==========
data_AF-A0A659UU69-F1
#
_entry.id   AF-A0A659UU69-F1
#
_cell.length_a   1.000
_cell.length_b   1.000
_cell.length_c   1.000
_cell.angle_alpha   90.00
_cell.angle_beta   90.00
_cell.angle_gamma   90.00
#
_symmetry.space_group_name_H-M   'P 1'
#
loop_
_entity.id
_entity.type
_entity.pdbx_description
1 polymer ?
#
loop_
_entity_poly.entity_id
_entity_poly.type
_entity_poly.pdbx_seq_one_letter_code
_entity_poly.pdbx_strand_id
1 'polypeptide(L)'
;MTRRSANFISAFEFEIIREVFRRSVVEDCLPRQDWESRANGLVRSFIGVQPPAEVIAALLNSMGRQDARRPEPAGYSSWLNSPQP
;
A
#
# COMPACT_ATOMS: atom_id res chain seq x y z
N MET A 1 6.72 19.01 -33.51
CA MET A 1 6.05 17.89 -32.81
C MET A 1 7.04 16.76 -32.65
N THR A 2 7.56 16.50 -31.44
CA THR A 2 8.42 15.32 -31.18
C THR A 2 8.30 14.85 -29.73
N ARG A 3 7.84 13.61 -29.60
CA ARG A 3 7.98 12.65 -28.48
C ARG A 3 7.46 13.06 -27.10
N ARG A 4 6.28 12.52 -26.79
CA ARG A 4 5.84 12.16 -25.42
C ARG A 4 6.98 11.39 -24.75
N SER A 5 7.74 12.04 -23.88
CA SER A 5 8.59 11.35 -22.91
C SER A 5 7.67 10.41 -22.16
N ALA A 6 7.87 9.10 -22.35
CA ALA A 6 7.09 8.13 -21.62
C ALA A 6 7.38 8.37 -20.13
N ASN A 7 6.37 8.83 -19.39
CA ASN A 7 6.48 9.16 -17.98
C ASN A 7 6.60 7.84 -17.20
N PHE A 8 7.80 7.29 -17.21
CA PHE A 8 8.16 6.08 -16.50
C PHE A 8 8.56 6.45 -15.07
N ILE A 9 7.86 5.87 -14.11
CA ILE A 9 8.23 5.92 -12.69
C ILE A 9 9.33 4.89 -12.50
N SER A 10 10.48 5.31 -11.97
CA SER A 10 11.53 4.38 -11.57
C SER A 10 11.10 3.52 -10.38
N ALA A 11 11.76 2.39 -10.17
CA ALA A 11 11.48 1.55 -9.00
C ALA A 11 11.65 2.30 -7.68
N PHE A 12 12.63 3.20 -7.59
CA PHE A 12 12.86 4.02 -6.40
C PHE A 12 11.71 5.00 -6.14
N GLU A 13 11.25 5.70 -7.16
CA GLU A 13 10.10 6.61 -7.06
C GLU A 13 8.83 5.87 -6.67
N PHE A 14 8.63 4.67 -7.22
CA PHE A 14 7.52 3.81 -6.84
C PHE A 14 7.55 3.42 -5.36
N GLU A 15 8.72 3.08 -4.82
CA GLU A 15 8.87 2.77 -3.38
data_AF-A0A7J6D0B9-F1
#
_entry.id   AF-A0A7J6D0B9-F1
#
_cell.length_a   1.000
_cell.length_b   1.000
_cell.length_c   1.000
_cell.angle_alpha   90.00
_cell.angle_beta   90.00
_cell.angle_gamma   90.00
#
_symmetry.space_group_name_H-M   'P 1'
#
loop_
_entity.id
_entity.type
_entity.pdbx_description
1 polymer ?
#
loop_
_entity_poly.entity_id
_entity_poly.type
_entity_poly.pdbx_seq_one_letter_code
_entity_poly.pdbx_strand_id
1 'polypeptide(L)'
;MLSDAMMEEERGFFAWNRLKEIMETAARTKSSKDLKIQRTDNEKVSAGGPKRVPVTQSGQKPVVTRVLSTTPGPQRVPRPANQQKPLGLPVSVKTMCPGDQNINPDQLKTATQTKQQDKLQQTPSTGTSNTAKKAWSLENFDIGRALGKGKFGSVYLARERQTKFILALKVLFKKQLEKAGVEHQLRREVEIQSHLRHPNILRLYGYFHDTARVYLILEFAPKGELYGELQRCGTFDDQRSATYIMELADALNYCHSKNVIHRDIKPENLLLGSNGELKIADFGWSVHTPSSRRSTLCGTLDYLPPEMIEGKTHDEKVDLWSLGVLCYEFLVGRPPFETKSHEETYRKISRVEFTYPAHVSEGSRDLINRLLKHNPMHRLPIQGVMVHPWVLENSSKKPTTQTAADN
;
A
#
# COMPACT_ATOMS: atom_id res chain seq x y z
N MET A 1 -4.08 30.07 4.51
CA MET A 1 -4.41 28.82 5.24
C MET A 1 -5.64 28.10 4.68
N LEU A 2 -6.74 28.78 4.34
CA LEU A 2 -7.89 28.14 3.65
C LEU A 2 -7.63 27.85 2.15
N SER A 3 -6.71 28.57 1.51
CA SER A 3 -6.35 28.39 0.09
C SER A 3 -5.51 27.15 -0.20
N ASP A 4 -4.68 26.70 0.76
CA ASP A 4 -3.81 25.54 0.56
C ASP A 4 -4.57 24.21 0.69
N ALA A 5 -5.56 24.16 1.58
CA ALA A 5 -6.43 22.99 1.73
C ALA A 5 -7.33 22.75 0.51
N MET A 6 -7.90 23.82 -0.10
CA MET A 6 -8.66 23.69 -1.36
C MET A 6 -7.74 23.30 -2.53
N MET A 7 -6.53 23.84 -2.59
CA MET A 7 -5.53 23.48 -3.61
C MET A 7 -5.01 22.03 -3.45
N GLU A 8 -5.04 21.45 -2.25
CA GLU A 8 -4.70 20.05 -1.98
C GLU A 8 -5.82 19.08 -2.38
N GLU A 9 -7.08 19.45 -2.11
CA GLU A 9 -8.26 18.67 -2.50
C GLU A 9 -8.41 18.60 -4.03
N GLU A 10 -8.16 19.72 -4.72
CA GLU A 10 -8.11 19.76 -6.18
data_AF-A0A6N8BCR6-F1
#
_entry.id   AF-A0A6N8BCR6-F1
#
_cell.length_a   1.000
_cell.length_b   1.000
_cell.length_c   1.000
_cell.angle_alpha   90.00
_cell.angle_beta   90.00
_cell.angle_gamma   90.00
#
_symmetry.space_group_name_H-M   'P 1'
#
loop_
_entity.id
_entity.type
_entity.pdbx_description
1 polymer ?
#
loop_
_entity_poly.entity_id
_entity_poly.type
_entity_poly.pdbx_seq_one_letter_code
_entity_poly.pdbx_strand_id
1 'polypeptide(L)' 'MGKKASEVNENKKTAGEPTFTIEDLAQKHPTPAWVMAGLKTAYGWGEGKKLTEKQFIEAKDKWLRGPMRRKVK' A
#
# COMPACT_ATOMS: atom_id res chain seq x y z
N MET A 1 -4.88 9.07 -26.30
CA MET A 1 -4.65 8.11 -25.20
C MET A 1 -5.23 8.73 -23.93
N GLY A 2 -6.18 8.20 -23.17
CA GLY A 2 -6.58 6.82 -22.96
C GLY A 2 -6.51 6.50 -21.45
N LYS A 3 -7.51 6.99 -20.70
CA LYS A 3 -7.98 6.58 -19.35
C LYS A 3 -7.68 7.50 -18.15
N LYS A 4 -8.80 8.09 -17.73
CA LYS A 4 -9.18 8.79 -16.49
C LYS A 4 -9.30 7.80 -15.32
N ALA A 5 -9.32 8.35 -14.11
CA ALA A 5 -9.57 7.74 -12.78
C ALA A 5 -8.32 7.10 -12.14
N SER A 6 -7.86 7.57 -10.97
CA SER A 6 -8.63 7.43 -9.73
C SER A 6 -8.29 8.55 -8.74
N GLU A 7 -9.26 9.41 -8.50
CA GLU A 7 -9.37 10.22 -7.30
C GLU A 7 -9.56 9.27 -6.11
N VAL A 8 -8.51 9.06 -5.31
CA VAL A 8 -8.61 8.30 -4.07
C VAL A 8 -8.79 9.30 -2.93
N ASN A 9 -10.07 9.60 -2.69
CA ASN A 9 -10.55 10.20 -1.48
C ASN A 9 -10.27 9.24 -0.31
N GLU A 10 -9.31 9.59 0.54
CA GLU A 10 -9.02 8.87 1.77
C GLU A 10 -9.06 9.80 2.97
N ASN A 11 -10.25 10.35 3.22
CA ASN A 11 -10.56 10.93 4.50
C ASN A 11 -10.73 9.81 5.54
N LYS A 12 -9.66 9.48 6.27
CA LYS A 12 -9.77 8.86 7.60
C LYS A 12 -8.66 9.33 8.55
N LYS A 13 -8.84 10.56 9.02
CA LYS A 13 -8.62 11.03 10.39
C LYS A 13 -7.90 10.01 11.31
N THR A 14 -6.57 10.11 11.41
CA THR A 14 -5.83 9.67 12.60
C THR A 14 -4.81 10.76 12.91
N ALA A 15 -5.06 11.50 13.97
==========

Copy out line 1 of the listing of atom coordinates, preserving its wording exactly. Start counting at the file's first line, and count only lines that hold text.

data_AF-A0A659UU69-F1